Reviews for Don't Let the Barber Pull Your Teeth : Could You Survive Medieval Medicine?


Horn Book Guide Reviews 2012 Spring
This series puts a comedic focus on the smellier, nastier aspects of life in medieval Europe. Each chapter covers a different topic and is balanced between the sensational and the informative. Humorous illustrations keep things lighthearted and fit well with the overall theme. Some of the information is repeated across volumes, with Castle being particularly redundant. Reading list, websites. Glos., ind. [Review covers these Ye Yucky Middle Ages titles: Don't Let the Barber Pull Your Teeth!, Sweaty Suits of Armor, There's a Rat in my Soup, and Ye Castle Stinketh.]

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Library Media Connection Reviews 2011 November/December
This series introduces reluctant readers to the trials and hardships of those who lived in the Middle Ages. Thorough coverage is provided, and students will come away with a good base of knowledge about medieval life. Although some concepts and practices are touted as "yucky" by current standards, the authors are non-judgmental. The tone is light and conversational; chapters often start out addressing the reader as "you" to draw students into the narrative. Illustrations are comical in nature, but they also illuminate the concepts presented in the text. This series is sure to hold reluctant readers' attention, and they will come away with a better understanding of medieval times. Bibliography. Glossary. Websites. Index. Michelle Glatt, Librarian, Chiddix Junior High School, Normal, Illinois. RECOMMENDED ¬ 2011 Linworth Publishing, Inc.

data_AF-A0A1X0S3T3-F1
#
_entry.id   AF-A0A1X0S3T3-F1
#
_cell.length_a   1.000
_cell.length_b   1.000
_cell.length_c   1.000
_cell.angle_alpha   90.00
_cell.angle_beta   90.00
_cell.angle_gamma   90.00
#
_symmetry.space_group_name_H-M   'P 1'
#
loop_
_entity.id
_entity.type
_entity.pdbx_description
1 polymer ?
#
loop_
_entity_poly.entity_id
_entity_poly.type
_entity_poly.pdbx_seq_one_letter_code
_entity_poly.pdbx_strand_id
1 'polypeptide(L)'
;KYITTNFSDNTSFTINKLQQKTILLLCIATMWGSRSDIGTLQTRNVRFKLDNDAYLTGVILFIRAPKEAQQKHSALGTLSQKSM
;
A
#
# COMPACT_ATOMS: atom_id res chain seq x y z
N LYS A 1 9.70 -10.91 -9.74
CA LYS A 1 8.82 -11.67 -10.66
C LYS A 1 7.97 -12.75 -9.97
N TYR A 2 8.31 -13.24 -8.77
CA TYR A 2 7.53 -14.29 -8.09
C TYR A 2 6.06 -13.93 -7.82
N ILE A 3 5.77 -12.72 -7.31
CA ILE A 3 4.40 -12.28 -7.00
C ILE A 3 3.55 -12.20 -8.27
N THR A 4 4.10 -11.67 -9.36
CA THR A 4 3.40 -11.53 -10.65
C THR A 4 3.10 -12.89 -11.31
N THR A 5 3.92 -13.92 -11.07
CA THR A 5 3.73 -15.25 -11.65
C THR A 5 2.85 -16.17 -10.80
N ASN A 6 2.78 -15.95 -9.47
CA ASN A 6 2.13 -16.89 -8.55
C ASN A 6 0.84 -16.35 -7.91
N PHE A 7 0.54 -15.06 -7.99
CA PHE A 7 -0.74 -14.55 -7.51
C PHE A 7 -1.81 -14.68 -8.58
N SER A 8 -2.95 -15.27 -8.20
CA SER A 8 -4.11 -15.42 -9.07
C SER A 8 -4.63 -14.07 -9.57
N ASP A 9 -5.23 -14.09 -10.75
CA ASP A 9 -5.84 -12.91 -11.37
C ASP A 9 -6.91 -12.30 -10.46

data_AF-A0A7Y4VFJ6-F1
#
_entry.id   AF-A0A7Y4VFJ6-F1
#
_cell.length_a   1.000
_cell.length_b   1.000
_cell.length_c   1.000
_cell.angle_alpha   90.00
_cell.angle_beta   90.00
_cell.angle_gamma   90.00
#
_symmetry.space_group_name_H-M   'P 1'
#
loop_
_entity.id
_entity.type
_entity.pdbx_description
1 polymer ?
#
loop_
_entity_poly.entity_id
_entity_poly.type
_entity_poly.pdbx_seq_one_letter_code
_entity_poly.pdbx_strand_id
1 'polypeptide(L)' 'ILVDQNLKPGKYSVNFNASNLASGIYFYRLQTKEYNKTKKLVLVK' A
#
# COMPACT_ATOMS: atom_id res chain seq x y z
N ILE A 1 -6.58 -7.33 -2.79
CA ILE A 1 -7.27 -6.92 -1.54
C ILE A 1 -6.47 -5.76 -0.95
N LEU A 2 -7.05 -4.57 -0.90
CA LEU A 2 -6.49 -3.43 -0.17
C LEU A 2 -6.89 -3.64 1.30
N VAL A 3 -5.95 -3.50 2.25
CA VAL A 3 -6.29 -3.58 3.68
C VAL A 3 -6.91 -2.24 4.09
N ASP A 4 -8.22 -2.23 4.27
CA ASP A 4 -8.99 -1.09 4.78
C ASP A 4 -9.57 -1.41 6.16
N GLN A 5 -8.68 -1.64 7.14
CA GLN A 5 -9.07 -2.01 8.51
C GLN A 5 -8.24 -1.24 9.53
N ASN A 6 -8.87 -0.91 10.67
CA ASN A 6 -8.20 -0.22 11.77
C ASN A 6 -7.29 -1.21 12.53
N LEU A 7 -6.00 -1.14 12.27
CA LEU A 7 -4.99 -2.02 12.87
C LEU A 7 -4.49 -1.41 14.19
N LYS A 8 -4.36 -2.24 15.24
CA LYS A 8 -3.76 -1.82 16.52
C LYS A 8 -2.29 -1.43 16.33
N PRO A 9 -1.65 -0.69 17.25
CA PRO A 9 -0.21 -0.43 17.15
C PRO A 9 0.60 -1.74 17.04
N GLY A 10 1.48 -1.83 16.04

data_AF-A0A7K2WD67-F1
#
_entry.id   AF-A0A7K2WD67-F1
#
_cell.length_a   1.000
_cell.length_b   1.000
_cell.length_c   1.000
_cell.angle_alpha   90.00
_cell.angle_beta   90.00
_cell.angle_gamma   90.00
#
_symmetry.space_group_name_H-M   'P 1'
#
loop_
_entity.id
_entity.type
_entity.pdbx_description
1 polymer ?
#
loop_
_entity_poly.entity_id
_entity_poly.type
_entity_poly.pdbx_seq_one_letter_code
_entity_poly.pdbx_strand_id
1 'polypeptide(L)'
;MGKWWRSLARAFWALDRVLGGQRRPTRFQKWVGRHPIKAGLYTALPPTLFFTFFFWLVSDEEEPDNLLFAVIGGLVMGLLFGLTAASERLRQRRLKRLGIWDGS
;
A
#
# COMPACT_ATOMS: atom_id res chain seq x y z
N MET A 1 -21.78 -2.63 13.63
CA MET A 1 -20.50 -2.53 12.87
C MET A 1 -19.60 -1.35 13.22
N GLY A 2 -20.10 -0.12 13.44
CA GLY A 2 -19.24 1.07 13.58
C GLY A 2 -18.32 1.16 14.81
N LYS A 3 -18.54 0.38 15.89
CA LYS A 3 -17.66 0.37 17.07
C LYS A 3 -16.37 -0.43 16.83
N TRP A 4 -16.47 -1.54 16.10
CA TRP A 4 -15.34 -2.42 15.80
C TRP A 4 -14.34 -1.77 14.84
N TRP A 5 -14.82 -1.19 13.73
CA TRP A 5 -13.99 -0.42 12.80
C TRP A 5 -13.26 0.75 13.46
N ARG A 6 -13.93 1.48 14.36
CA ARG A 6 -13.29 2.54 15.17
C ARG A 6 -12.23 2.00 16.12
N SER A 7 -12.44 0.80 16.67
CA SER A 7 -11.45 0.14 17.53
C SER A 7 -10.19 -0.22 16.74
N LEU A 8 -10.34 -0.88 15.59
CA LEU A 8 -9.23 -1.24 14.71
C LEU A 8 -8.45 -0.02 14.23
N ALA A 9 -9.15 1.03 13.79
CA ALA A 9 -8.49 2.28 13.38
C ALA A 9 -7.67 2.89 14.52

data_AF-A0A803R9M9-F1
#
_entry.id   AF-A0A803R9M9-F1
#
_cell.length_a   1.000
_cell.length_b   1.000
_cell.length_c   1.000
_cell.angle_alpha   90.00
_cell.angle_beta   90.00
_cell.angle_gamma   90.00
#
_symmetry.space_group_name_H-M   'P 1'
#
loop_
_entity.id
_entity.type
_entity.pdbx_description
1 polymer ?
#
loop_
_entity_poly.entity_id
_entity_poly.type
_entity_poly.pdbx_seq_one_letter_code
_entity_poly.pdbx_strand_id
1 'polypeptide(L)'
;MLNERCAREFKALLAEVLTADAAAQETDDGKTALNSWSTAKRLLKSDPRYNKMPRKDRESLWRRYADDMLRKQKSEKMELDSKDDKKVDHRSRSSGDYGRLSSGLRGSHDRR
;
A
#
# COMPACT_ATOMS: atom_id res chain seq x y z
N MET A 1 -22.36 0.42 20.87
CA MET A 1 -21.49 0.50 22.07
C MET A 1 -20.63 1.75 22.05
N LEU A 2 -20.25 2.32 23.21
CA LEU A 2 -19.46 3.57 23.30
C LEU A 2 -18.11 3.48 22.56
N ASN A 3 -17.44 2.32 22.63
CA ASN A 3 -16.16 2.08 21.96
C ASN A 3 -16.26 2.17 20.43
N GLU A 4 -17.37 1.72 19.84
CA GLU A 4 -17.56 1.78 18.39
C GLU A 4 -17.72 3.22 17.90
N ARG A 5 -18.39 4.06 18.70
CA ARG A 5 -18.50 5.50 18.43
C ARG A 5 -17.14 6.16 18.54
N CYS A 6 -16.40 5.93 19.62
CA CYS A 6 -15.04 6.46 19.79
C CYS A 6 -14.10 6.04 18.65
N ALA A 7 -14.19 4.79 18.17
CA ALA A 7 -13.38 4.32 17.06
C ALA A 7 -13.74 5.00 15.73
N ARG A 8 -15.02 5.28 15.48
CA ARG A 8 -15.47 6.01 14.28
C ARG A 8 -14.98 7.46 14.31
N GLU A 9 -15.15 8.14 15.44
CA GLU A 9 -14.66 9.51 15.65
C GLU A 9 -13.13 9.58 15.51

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School Library Journal Reviews 2011 November

Gr 3-4--Gross is king in this entertaining series. The volumes are filled with garbage and germs, weird foods and scary medicines, and stinky suits of armor. The details are a part of the real history of the Middle Ages, and the selected topics are sure to appeal to trivia buffs and fans of potty humor. Quoted primary sources confirm that the authors aren't making this stuff up: firsthand accounts acknowledge the less-pleasant aspects of life. The fantastic and funny art amps up the humor-the only shame is that several images are reused across the series. Topics overlap in the text as well, but each book provides a full picture of its subject, and readers are just as likely to giggle when they encounter yucky details a second time.

[Page 68]. (c) Copyright 2011. Library Journals LLC, a wholly owned subsidiary of Media Source, Inc. No redistribution permitted.

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